LF- Bob Johnson. A reasonable...you know.
CF- Puckett, Oms, Brett Butler and Reggie Smith. Reasonable...wait, Brett Butler? Omigod. But the other 3 are all reasonable choices.
RF- All of the CF other than Butler could slot here very nicely.
DH- Molitor. Doh!
P- Tiant and...and...and...oh, that's it? A reasonable choice as the #1 eligible P? I dunno about that one, I have him around #10 and I thought I was being pretty generous.

All reasonable choices, well, except for a couple-3 surprises and a shortage of arms. Mush them all together and you get, what? A very very low consensus ballot. Reasonable and looooooowwwww. Beyond reproach. And idiosyncratic as hell. Such is the HoM in the era of 100 credible candidates. Interesting.
   129. DL from MN Posted: September 07, 2007 at 05:59 PM (#2515337)
Okay, I've rippled the WAR data through most of my backlog (still doing pre-1890 and NGL players) and here's the biggest movers in the top 200.

player ranking changes
Harmon Killebrew -82
Dave Winfield -81
Ron Santo -57
Joe Torre -53
Jake Beckley -52
Darrell Evans -51
Ted Simmons -51
Sam Crawford -49
Carl Yastrzemski -48
Dick Allen -47

Charlie Keller +71
Enos Slaughter +66 (also fixed war credit)
Robin Yount +61
John Mize +55 (also fixed war credit)
Stan Hack +49
Lou Whitaker +46
Jimmy Sheckard +38
Joe Jackson +34
Charley Jones +34
Joe Cronin +33
   130. DL from MN Posted: September 07, 2007 at 06:12 PM (#2515360)
Ooops, Darrell Evans moved UP not DOWN.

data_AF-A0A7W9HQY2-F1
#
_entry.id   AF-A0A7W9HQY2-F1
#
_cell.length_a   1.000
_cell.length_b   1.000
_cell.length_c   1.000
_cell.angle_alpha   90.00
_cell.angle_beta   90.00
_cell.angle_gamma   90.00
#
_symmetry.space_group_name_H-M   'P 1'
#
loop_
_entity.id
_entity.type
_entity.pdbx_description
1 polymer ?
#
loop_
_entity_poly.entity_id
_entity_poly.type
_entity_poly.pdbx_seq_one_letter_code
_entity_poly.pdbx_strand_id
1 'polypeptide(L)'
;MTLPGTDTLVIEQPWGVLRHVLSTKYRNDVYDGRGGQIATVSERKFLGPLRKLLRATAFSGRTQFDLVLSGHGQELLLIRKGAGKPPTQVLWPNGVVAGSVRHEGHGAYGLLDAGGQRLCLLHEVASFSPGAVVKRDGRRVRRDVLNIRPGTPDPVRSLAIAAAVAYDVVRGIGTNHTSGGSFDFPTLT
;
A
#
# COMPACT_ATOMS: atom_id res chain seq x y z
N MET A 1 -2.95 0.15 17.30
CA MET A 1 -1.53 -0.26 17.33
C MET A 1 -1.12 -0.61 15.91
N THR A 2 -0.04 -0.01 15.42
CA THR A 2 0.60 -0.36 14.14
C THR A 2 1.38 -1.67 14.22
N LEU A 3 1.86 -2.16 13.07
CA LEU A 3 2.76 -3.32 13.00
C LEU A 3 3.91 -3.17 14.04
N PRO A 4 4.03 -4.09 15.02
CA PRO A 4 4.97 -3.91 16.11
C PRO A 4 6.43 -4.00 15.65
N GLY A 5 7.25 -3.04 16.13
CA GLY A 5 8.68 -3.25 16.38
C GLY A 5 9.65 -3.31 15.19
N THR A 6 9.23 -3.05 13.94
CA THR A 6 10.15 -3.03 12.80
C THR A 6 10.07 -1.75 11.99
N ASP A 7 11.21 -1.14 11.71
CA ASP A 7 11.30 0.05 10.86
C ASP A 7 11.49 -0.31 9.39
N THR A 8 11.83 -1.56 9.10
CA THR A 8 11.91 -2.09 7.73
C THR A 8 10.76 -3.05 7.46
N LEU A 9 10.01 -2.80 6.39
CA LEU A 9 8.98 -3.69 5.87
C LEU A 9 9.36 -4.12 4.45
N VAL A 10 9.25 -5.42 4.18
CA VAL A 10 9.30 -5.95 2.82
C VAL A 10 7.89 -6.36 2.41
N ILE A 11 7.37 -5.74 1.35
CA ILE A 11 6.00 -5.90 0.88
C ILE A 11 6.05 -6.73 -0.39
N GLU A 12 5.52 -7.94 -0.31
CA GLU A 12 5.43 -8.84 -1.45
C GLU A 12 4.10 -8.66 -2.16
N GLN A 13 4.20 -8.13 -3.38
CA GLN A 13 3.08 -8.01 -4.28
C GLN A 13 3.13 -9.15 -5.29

131. David Concepcion de la Desviacion Estandar (Dan R) Posted: September 07, 2007 at 07:23 PM (#2515491)
Killebrew doesn't surprise me at all; my system hates him due to horrific defense, tons of double plays, an expansion league, and a very high 1B rep level in the immediate pre-DH era. My system isn't so impressed with Winfield either, and finds Simmons' double play propensity and non-SB baserunning so atrocious even by catcher standards that it docks him a good deal. Yaz I can see taking a hit too just because so much of his career bulk wasn't really worth very much. Since it's so fond of shortstops, the boosts to Cronin and Yount are to be expected too. And Win Shares is just so ecstatic about Sheckard's defense that his improvement makes sense as well.

However, I would not have expected Santo and Allen to drop, nor Hack to climb. My system looks quite favorably on the first two, and is a bit lukewarm on the third. You're not penalizing Santo for his putrid 1974, are you??
   132. Dr. Chaleeko Posted: September 07, 2007 at 07:27 PM (#2515497)
Someday when dick allen's baserunning is fully documented, I bet he'll move back up a bit. He was supposedly a terror on the bases, and the late-career baserunning information that James Click did before the second retrosheet update (so, 1972-onward) shows him having good baserunning value as an older player.
   133. DL from MN Posted: September 07, 2007 at 07:46 PM (#2515529)
I made sure to help out Santo as best as I could. What I think I'm seeing is the difference in fielding ratings between FWAA and FRAR/FRAA. Brooks and Boyer fell and so did Buddy Bell.
   134. sunnyday2 Posted: September 07, 2007 at 08:55 PM (#2515636)
So we should take it that Killebrew sucked, but we should look the other way on Santo, or what?
   135. David Concepcion de la Desviacion Estandar (Dan R) Posted: September 07, 2007 at 09:04 PM (#2515649)
Gosh, I thought my system was a big fan of Buddy Bell! And Santo's FWAA ratings are terrific...10.1 FWAA from 1963 to 68 is about as good as it gets...remember FWAA is just a hybrid of BP FRAA and Fielding WS before 1987, just adjusted to fit Chris Dial's Zone Rating standard deviations.